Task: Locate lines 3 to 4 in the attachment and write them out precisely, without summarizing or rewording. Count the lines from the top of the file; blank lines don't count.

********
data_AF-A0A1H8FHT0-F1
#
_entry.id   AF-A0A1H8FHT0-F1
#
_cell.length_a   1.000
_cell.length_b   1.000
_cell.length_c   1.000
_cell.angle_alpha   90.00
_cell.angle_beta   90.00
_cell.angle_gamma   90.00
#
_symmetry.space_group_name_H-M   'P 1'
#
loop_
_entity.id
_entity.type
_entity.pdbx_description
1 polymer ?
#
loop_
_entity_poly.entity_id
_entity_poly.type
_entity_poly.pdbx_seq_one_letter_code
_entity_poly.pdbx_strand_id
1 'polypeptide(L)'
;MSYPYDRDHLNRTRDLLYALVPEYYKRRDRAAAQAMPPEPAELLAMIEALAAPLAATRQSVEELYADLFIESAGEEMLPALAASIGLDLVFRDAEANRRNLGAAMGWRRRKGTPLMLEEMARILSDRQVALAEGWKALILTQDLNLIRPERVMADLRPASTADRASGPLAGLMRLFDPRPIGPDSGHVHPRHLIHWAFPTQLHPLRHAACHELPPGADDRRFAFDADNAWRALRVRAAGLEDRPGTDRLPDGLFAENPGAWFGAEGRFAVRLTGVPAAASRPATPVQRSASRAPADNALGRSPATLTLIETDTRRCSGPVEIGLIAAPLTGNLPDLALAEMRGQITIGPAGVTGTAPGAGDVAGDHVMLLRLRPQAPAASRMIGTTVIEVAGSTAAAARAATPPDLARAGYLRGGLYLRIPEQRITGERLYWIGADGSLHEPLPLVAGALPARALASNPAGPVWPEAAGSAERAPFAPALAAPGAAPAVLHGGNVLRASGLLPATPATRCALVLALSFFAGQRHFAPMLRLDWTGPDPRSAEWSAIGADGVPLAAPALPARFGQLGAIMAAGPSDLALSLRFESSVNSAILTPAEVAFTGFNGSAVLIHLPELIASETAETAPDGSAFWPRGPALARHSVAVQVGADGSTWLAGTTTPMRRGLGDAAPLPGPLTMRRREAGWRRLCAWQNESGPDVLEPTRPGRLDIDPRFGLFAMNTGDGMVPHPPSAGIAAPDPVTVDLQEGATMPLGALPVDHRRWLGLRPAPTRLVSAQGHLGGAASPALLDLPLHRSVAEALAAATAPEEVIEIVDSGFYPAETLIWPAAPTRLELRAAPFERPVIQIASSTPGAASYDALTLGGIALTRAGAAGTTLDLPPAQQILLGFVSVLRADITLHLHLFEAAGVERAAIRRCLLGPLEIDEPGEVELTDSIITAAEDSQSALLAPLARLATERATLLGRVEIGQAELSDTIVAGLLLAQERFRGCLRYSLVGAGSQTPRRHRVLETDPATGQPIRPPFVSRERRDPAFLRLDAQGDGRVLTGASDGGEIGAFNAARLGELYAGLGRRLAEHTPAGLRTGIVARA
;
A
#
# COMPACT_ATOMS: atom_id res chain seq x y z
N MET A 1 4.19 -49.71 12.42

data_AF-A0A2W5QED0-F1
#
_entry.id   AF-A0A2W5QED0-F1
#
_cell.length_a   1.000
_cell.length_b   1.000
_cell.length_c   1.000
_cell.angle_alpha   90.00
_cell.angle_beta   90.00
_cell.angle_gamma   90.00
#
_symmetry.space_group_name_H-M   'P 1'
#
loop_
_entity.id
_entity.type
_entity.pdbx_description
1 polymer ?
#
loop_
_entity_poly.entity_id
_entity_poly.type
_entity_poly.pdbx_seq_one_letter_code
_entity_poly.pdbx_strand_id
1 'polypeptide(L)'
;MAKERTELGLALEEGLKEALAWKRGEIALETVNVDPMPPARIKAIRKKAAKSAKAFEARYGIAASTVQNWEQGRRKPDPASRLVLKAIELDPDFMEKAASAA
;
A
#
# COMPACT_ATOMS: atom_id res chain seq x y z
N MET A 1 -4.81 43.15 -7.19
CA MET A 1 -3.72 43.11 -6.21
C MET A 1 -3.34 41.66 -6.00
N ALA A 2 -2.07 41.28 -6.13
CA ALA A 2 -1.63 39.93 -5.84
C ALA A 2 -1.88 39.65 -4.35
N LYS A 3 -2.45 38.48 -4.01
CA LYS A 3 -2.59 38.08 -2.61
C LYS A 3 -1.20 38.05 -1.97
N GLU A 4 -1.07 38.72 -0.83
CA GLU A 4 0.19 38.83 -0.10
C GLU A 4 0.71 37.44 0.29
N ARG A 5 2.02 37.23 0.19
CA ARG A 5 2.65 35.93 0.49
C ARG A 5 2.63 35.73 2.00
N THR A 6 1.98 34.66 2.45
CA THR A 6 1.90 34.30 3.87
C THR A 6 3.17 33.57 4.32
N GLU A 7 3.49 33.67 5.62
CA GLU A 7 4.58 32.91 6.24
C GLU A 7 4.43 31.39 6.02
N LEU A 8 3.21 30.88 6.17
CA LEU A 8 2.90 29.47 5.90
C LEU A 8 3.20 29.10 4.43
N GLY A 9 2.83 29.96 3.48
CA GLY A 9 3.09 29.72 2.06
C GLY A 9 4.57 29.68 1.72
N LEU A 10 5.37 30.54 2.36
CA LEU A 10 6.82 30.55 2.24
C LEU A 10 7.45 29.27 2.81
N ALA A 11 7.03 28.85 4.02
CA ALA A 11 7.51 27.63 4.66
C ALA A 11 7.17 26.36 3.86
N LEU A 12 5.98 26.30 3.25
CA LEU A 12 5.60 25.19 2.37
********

_entry.id   AF-A0A1H8FHT0-F1
#